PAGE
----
Hardest hit, as per the table below, were crude oil, diesel, corn, soybeans and sugar with the most notable exceptions being gold, silver and livestock. 

Crude oil and diesel: A nightmare two-month period for momentum traders continued in the week to May 2 when a 7% collapse in the price of Brent and WTI forced traders out of recently established longs (-62.6k lots) while driving an increase in short positions (+42.7k). Overall, these changes drove a 25% reduction in the combined net long to 295k lots, a five-week low. Since March during which time the crude oil market has been dealing with a banking crisis, a surprise OPEC+ production cut driving a spike and subsequent focus on gap closing, and fresh demand concerns, speculators have responded by selling 393k lots and buying 213k, the bulk of these at unprofitable levels. 

The three fuel product futures also saw net selling, with the ICE gasoil (diesel) contract the hardest hit as traders increased the net short to a +7-year high at 32.5k lots. 

Gold and silver: In gold, three weeks of light long liquidation was fully reversed last week after traders increased their net long by 11% to 147.8k lots, a fresh 13-month high. With the increase primarily being driven by fresh longs, as opposed to short covering, the long-short ratio reached a three-year high at 7.1 long per short position. The value-weighted average gold futures price (VWAP) during the latest reporting week was $2002.50, highlighting the level below which recently established longs may begin to exit their positions. Silver traders increased their net long by a moderate 8% to 27.1k lots, still below the December peak at 30.2k lots. 

HG Copper: The HG copper short jumped 49% to 15.7k lots in a week that saw the price challenge but hold key support in the $3.80 per pound area. The VWAP for the period ended up at $3.88 per pound and with the current price around $3.94 the bulk of these recently established short positions are now underwater, thereby supporting the current recovery.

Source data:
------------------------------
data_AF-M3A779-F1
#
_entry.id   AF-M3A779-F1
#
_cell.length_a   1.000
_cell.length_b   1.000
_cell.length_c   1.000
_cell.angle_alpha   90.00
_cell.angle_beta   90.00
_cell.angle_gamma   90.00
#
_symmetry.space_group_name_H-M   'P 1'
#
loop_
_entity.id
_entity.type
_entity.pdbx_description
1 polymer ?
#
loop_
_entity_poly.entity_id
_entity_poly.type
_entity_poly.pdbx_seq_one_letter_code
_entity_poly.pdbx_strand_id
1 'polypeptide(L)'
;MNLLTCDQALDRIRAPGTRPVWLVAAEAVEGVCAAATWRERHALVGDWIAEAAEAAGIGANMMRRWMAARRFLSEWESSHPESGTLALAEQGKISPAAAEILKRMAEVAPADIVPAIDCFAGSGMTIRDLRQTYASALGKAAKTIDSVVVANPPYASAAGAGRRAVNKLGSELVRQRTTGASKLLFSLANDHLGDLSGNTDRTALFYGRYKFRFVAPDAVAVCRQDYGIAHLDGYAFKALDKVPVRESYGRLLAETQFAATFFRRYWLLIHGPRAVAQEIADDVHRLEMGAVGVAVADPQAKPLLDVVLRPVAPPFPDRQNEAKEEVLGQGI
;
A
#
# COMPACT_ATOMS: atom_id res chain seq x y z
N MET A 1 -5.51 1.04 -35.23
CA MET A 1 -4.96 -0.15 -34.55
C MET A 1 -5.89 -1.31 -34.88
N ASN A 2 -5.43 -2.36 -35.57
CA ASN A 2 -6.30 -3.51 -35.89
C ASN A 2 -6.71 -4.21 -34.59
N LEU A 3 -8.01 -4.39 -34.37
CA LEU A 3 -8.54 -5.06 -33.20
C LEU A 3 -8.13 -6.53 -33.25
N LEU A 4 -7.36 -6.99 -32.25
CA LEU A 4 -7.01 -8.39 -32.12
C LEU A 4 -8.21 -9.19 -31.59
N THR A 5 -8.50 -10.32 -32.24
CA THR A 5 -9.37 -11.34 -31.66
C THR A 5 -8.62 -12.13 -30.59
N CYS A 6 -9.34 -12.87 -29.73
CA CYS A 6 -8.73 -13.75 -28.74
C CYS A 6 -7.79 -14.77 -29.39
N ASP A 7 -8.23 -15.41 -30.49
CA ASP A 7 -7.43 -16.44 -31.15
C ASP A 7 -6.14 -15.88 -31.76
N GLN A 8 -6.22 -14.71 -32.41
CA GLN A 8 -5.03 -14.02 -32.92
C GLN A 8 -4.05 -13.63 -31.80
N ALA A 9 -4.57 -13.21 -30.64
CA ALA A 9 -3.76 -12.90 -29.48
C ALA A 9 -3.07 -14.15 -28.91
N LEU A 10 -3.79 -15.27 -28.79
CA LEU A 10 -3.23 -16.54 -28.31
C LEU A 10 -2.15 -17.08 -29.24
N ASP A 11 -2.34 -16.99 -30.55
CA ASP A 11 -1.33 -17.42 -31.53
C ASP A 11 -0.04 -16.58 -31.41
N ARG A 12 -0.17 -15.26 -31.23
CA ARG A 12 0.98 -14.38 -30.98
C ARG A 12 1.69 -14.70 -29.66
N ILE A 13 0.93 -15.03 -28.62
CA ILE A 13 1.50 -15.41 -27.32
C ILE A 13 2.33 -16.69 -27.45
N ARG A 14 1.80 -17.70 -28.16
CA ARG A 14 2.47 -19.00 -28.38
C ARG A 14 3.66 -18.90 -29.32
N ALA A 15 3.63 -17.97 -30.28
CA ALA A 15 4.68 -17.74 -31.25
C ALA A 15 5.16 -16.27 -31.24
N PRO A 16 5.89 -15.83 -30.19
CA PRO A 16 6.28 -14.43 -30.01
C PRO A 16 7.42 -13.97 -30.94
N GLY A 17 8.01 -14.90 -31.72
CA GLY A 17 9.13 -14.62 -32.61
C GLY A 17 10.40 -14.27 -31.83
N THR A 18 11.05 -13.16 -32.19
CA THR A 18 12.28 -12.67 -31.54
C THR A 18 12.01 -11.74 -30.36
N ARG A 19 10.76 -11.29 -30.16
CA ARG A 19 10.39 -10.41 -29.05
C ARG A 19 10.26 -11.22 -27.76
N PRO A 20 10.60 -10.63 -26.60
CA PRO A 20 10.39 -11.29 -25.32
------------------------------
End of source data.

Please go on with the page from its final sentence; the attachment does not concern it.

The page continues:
rain and oilseeds: During a week marked by accelerated long liquidation, the grains sector has shifted to a net short position for the first time since August 2020, driven by continued price weakness as seen through the drop to a fifteen-month low in the Bloomberg Commodity Grain index. All six contracts saw net selling led by corn and soybeans. Ahead of a 10% bounce towards the end of last week, the CBOT wheat short reached a fresh five-year high. 

Softs: Heavy selling of grains helped trigger some moderate profit taking and net selling across softs, a sector that in recent months has seen strong demand amid an outlook for tightening markets, led by sugar and coffee. 


In forex, speculators held an unchanged gross dollar short of $11.6 billion versus nine IMM futures contracts and the Dollar index. Buying of EUR, BRL and CHF being offset by selling of GBP, CAD and AUD, the latter two being driven by the weakness seen across the commodity sector. Most noteworthy position, by far, remains the euro long which following weeks of continued buying reached an October 2020 high at 173.5k lots, the equivalent of €21.7 billion.